Fifth & Final World Championships for Cameron van der Burgh?

Elite Team
Written by: Elizabeth Byrnes at 29 July '15 0
You are reading: Fifth & Final World Championships for Cameron van der Burgh?

When Cameron van der Burgh takes to the blocks in Kazan it will be his fifth World Championships.

The South African has already won seven world medals including two golds – both in the 50m breaststroke in 2009 and 2013 – as well as a silver and four bronzes.

Cameron has also competed at two Olympics, winning the two-length title in London three years ago in what was then a world record time.

When asked if Russia will be his final World Championships, the 27-year-old said: “I’ll see. It depends how I do, if I am still in the top then there is no reason to retire.

At the end of the day it’s your  living, it’s your money.

“I don’t think I am going to quit now and especially because I am enjoying it.

“I did think about it last year but I have found renewed energy for the sport and enjoying it so as long as I am still swimming well and close to the top – I love the sport and would love to continue.”

Over the last year Cameron has seen fellow Arena swimmer Adam Peaty eclipse his world records over both 50m and 100m.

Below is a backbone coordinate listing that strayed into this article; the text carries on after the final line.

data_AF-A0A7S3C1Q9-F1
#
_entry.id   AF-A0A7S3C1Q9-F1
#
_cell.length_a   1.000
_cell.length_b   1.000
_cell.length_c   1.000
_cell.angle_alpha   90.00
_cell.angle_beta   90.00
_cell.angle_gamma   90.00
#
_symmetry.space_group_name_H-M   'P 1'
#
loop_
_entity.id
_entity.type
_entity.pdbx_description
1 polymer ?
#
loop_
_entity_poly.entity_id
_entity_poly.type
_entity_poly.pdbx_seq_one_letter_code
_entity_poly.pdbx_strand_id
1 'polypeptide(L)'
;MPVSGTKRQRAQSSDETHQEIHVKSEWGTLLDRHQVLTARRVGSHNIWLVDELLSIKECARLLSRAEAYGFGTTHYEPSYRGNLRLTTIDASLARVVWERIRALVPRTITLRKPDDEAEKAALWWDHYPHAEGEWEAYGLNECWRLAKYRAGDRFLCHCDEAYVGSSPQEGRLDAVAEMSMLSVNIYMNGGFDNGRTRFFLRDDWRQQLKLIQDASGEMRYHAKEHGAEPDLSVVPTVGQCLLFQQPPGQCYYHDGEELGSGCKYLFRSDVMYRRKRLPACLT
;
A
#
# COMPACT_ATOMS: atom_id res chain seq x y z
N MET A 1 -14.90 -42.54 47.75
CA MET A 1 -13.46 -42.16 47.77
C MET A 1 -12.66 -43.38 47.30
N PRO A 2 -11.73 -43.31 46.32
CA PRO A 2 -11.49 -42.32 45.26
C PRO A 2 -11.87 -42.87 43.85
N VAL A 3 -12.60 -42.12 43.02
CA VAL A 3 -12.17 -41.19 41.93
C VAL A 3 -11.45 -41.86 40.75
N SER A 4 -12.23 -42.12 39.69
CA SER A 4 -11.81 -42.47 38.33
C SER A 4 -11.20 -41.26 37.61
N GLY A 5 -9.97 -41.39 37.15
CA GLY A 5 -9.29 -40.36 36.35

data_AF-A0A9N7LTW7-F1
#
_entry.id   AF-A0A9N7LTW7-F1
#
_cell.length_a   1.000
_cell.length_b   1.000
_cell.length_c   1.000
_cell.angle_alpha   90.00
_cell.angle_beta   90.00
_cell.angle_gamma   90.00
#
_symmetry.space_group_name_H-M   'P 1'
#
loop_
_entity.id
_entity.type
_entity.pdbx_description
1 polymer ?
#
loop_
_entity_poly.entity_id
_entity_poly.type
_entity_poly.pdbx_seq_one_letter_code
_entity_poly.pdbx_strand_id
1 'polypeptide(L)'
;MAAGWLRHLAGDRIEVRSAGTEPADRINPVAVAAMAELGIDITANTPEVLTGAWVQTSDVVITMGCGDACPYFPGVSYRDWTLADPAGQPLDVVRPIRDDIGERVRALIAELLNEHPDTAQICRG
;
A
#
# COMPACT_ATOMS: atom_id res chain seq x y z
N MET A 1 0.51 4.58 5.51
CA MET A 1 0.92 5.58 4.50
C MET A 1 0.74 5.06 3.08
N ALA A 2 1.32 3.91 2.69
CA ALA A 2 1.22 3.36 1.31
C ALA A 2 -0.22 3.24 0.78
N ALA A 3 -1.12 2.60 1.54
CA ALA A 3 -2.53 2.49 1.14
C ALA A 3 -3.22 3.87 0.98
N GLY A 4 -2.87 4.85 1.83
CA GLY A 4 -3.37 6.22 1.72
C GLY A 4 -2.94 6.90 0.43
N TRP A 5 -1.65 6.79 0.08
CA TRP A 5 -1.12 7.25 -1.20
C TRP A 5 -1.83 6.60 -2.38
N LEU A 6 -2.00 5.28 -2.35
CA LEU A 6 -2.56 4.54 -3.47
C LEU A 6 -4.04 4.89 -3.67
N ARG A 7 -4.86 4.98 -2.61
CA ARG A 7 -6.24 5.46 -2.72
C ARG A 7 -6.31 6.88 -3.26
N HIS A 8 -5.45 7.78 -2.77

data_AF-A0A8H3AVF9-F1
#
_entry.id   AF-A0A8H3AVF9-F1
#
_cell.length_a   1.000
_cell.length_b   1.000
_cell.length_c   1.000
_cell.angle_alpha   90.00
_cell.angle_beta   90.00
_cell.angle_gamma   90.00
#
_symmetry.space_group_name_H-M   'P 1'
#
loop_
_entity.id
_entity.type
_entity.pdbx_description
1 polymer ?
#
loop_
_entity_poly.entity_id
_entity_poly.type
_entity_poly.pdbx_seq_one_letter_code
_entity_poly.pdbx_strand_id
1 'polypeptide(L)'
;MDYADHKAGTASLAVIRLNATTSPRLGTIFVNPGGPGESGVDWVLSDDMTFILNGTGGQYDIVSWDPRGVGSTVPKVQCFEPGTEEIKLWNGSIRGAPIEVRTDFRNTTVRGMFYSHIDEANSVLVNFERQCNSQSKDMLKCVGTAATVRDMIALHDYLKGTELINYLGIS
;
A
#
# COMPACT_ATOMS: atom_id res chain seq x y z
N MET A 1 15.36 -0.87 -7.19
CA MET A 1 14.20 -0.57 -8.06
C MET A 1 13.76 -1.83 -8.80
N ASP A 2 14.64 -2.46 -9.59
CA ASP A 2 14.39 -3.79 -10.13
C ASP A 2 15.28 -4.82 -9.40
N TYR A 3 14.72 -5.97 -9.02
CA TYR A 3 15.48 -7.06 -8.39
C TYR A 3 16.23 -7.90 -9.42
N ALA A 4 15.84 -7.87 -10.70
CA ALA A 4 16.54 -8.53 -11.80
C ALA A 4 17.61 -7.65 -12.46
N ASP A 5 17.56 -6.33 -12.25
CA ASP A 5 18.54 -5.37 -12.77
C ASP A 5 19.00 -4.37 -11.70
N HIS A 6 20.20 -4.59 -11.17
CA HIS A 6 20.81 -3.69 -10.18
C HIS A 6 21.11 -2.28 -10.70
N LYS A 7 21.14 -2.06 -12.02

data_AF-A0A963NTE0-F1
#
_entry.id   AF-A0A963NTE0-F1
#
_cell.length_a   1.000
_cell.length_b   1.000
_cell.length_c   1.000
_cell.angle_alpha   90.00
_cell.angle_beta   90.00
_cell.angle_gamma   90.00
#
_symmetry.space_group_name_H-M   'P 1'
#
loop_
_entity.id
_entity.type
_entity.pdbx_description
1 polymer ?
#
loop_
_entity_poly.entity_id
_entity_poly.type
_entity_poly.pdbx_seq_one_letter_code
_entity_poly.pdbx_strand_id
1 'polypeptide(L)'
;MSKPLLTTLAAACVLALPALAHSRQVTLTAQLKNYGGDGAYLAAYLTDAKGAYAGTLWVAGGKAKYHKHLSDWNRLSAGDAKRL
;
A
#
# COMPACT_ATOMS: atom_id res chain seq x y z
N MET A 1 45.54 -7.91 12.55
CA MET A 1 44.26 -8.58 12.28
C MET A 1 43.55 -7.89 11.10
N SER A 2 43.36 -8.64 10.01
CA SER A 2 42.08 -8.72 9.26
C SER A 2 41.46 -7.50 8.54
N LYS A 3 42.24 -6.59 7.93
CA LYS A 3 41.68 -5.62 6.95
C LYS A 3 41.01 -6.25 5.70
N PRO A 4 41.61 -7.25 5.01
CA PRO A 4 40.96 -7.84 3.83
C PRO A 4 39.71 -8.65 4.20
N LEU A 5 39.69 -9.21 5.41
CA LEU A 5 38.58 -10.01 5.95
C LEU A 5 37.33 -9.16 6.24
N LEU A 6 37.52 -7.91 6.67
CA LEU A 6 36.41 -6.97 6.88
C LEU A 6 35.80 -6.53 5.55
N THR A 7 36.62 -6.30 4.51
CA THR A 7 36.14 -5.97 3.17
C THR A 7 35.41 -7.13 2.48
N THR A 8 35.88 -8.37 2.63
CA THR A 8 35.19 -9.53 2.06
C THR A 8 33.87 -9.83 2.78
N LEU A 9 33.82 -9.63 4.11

The pair are on very good terms and met for the first time at last year’s Commonwealth Games in Glasgow.

Adam made the swimming world shudder in April when he became the first man to duck under 58 seconds for the 100m when he won the British title in 57.92secs at the same Aquatic Centre in London where Cameron had won Olympic gold.

It took more than half a second off Cameron’s world record who admits he had thought it would take a 57second swim to win Olympic gold next year in Rio de Janeiro, but he had not expected that mark to be breached quite yet.

It means attention has switched away from Cameron to Adam going into Kazan but he is giving little thought to the fact he is now the chaser rather than the chased.

“It won’t really change that much for me,” says Cameron.

“In Olympic year the goal for me was to go 58 low: I knew if I wanted to win the Olympic Games that would be the time I would have to have gone.

“I never base it on any other people.

“So there are so many factors that come into play: for me I just try to focus on my own lane. Unless Adam jumps into my lane – then there’d be a bit of a problem.”


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Written by:

Elizabeth Byrnes

Liz swam with a local club in Sheffield, England, as a child before retiring at the grand old age of 12. Her lifelong love of the water, combined with a passion for travel, has seen Liz plunge into pools across the world. Liz spent 12 years with the Press Association reporting on swimming and athletics at Olympic and World level but is now fulfilling a dream as a freelance writer. When not in or around the water, she can be found hiking, running and cycling.